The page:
The Tea Research Institute of Tanzania (TRIT) has adopted technology transfer programme aimed to ensure that appropriate technologies are developed, tested and delivered to stakeholders to solve practical constraints facing tea growers in the country.
Technologies being adopted also are meant to improve plant materials and promote access to local and international markets.
TRIT executive director Prof Bruno Ndunguru said this yesterday when he briefed a European Union delegation led by Ambassador Filiberto Ceriani Sebregondi which visited the Centre on Tuesday.
At the briefing also, he stressed on the importance of technology for improved livelihoods of tea growers, particularly women, and also increasing foreign exchange earnings.
“Our task is to identify constraints on social, economic and technical factors affecting productivity in all tea growing areas and to identify potential solutions for the purpose of developing short and long term research strategies to overcome identified constraints,” he said.
He pointed out that recent research results on tea improvement have been made available to stakeholders and have improved clones in Kenya and Malawi, adding that similar clones have been introduced in Tanzania as part of adaptability trials.
“Yes....various researches in the tea sector has shown green indication in which we have four clones that have been released,” he said, adding: “New tea growing areas have been identified and currently clones are being evaluated at Ndengo and Ugano Stations in Mbinga District .Long term breeding programme is underway”.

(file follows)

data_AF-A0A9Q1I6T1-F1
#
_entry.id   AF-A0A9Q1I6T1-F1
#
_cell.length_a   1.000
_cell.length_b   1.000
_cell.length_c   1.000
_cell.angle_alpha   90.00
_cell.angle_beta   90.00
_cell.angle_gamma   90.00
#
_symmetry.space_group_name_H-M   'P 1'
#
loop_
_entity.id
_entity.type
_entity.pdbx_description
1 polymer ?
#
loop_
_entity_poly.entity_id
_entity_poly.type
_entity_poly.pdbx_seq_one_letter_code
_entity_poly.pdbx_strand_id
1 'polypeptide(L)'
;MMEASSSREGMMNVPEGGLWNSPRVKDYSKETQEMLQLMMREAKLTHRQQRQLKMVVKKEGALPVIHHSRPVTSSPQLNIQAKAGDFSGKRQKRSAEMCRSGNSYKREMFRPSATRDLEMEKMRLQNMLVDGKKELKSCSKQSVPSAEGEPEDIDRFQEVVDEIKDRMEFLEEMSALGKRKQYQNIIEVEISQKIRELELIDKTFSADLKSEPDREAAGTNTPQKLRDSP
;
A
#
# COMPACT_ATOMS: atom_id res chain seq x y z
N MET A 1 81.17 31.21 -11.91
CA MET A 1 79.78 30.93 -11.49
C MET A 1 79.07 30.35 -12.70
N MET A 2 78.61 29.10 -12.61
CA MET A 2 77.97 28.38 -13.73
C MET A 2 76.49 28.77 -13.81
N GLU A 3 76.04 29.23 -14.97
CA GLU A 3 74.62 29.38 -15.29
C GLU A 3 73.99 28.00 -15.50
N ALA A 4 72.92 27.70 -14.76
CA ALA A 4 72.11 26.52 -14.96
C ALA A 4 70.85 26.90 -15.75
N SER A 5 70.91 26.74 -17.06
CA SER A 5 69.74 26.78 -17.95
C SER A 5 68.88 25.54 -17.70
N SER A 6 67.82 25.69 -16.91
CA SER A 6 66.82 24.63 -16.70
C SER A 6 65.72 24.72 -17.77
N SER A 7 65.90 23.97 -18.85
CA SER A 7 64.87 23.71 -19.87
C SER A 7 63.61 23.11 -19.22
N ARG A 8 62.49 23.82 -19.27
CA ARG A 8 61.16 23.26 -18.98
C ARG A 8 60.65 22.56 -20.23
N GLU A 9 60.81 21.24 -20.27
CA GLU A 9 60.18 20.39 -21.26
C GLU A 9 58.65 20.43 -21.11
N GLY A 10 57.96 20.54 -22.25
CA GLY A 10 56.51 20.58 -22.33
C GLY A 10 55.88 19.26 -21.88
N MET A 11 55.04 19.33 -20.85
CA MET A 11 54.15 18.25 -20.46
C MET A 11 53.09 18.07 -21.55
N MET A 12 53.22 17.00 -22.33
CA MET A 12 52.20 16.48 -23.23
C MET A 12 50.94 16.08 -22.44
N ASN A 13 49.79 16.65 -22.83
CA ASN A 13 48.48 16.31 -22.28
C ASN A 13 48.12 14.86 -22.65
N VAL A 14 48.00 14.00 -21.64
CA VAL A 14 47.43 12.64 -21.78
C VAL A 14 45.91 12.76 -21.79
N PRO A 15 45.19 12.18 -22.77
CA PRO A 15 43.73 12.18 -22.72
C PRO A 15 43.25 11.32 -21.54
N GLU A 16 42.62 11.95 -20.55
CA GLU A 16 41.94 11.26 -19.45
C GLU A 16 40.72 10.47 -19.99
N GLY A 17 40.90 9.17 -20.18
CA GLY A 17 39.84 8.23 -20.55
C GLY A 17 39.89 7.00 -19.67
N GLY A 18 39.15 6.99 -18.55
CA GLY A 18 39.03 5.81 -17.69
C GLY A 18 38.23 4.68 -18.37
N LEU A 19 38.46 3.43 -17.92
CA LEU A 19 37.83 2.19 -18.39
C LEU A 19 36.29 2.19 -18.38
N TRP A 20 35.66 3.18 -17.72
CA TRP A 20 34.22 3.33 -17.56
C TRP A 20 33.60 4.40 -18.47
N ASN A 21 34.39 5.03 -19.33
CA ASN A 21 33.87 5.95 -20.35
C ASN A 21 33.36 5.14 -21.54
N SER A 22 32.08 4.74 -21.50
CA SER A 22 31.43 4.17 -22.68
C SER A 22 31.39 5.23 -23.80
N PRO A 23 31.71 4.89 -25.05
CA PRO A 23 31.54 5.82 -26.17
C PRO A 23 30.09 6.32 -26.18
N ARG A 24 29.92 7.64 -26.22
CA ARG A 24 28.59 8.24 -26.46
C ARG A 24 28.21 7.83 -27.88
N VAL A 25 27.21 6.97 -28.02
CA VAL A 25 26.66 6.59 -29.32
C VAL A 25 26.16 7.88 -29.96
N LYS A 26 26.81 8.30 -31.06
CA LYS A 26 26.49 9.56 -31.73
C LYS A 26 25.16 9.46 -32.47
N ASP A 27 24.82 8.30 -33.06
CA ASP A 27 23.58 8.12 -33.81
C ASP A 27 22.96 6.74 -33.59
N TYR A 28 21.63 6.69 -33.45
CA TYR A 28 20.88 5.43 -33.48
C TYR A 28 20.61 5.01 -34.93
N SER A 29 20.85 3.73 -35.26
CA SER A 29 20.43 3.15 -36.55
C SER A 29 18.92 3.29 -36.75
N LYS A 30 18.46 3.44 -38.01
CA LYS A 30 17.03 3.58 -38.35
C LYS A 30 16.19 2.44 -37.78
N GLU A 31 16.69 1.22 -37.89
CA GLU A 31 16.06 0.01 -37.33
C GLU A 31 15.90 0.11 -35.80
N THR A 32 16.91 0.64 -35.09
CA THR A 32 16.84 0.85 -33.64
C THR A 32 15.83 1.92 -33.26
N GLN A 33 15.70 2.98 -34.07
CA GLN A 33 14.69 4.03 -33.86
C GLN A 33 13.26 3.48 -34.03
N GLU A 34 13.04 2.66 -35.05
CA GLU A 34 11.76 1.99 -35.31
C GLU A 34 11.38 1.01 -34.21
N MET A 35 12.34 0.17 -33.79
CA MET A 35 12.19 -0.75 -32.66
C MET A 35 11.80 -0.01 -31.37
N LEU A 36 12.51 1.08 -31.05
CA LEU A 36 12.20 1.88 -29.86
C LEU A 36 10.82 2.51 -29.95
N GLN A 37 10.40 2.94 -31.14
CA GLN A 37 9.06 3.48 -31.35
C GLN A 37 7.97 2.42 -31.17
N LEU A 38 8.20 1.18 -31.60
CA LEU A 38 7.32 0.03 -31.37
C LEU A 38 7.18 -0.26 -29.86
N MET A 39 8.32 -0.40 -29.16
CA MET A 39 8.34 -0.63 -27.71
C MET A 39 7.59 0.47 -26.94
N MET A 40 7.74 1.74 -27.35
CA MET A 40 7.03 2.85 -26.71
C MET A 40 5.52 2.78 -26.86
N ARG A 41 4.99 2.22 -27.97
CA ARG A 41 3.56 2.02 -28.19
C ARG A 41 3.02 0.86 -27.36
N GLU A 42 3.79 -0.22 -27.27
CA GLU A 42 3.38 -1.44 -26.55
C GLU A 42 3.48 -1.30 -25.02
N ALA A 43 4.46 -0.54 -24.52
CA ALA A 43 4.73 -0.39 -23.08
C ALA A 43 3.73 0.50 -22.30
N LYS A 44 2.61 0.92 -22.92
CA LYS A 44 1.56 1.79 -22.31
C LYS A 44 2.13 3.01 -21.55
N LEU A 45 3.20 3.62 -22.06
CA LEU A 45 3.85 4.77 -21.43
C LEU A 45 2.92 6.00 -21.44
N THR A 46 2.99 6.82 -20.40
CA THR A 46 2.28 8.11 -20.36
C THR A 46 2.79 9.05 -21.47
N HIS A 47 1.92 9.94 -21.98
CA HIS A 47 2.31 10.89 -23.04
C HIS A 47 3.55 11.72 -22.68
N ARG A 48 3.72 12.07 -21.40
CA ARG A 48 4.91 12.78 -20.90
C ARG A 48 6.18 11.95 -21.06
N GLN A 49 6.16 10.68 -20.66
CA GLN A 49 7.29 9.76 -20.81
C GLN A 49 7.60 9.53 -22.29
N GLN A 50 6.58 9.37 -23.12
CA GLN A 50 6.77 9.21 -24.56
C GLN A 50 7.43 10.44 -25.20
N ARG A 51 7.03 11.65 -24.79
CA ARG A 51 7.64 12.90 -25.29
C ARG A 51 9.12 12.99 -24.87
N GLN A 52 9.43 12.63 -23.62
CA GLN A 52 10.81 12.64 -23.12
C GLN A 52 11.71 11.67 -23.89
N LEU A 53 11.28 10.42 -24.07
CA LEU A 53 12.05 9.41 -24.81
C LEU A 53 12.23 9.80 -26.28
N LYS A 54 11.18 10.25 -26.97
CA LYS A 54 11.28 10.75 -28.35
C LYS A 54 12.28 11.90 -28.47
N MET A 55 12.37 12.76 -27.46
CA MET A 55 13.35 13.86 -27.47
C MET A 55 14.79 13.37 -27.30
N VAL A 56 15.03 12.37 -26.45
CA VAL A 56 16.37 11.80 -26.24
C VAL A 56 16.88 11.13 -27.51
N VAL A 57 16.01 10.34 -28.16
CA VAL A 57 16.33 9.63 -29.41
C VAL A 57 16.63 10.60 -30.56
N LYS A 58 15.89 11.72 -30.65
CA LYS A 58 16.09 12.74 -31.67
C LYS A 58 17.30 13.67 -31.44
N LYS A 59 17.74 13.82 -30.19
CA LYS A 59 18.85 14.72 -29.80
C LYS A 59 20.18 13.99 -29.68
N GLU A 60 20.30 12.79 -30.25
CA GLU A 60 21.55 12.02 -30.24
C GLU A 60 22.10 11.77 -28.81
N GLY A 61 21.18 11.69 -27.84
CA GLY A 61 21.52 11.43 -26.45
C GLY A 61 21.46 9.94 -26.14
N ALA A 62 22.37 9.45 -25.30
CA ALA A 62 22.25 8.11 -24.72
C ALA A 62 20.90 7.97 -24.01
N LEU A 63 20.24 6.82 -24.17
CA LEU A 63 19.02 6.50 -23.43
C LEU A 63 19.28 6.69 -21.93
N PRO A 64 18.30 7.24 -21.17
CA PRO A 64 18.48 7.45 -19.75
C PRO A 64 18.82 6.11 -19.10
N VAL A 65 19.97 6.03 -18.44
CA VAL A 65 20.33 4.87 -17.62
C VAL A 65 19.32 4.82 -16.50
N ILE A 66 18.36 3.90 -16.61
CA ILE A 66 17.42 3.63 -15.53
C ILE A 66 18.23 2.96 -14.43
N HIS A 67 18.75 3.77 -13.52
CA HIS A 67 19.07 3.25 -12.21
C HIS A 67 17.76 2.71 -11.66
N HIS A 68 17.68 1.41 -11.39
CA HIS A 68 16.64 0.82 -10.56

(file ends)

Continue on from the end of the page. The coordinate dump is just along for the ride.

The executive director also said that the tea sector had potential of yielding10 times the current capacity per hectare if the country addressed effectively existing challenges. He explained that 6,080 kilograms could be obtained from one hectare of the current 610 kilograms.
Ndunguru mentioned lack of nutrition to tea plantation as one of the major reasons for low yields. According to him, poor nutrition has been causing the country loss of more than 3,000 kilograms of tea in each hectare.
Others include drought which causes loss of 1,520 kilograms, and vacancies and poor harvests causing loss of 300 kilograms and 610 kilograms per hectare respectively.
To address the challenges, Prof Ndunguru said there was a need to offer effective training to smallholder farmers on input use and field management. Also, he said the issue of identification, control as well as management of pests and diseases should be given special priority.
He also said that small farmers required capacity building in irrigation, harvests and processing.